My vote currently goes to lyrica brand pianos. That's right, lyrica. I'm sure you've never heard of them,and for that you should consider yourself lucky. UMKC (university of missouri kansas city) recently bought or leased 5 brand new lyrica brand pianos for it's non piano performance practice rooms. Besides the fact that they look cheap, i counted at least 15 notes that repeatedly hit the string after only hitting the key once. I only tested two of them, and they both had the same problem. What a disappointment. I was even more upset that they replaced my favorite practice room pianos with these pieces of crap. The old bad pianos didn't get replaced, only the ones that were the most acceptable to play on. Thanks UMKC! Also, the grand pianos are constantly out of tune and have perpetual broken notes or strings, so if you're considering going there, make sure the scholarship is worth it. By the way, most of the teachers are good, just so i don't make it sound like the worst school ever. If you're considering going, i would be happy to answer questions about the school.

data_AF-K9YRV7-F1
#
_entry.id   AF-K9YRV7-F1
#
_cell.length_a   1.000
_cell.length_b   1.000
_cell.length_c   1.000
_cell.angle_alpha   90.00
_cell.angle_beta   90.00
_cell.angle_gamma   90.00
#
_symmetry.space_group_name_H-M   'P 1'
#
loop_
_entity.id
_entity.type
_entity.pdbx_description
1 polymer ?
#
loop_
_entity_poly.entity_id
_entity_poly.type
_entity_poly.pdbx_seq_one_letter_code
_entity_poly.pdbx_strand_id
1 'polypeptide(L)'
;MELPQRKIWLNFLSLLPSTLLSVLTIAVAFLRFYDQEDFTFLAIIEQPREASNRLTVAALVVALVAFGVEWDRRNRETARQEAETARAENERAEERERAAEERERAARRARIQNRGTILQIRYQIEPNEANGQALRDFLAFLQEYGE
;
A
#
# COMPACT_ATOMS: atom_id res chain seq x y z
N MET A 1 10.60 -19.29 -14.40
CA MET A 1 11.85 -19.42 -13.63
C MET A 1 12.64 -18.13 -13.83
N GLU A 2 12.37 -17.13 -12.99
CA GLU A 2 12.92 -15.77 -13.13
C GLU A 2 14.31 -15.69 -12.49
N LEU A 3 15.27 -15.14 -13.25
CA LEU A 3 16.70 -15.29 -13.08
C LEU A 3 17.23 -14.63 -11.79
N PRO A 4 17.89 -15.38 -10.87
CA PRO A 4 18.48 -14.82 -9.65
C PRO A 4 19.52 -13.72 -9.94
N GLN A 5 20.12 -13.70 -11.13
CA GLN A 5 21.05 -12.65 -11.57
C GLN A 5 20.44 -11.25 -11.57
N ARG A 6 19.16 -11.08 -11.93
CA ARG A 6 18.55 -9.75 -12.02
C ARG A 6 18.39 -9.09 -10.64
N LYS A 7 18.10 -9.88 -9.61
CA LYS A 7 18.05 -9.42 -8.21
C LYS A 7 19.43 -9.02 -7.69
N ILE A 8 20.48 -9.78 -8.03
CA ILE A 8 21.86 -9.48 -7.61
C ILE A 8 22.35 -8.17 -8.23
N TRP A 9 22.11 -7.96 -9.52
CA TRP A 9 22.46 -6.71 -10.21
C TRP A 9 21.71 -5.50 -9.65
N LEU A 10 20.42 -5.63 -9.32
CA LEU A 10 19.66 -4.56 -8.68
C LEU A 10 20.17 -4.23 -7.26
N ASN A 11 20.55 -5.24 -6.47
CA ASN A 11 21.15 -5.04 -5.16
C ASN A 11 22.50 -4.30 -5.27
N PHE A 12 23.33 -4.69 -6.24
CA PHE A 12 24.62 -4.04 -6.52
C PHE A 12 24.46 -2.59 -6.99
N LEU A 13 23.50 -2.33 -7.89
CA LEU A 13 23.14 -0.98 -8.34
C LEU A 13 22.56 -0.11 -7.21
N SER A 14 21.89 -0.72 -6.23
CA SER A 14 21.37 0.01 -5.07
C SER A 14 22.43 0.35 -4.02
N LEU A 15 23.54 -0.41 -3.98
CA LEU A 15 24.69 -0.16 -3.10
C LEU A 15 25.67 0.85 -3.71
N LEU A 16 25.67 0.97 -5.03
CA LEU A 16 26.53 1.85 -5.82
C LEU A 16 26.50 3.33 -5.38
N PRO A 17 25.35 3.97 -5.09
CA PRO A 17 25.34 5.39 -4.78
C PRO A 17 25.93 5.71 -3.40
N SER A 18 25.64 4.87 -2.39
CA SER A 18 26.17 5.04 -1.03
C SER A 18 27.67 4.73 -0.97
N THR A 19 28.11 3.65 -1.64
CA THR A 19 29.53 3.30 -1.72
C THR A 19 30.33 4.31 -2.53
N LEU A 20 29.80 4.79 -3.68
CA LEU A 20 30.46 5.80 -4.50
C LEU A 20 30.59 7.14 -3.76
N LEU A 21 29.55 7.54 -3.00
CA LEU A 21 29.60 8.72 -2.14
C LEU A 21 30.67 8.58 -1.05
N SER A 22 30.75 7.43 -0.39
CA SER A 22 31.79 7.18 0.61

Offline silverchair87

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Re: Worst brand of piano
«Reply #49 on: May 05, 2009, 08:14:00 PM »
I hate Kawai pianos with a passion.

I have a kawai upright piano and I love it! I tried loads of different pianos (including various yamaha models among others) before buying it. I bought it just over 2 years ago and it has a lovely sound and feel. It feels great to play and really is fantastic. I'm obviously hoping it doesn't go down hill in the near future, but we'll see!

Before I got the kawai, I had a WW2 era German piano with a name I cannot even remember. It had a nice sound but wouldn't tune to concert pitch which was quite a pain when practicing my singing!

Obviously there are certain brands that are more reliable than others, but I've played on horrible steinways, welmars, bechsteins and many other horrible pianos with very reputable labels on them...

Basically, what I'm trying to say is that you need to try before you buy. 

I'd love to be able to get a grand, but I have neither the space or the money for 1 unfortunately :(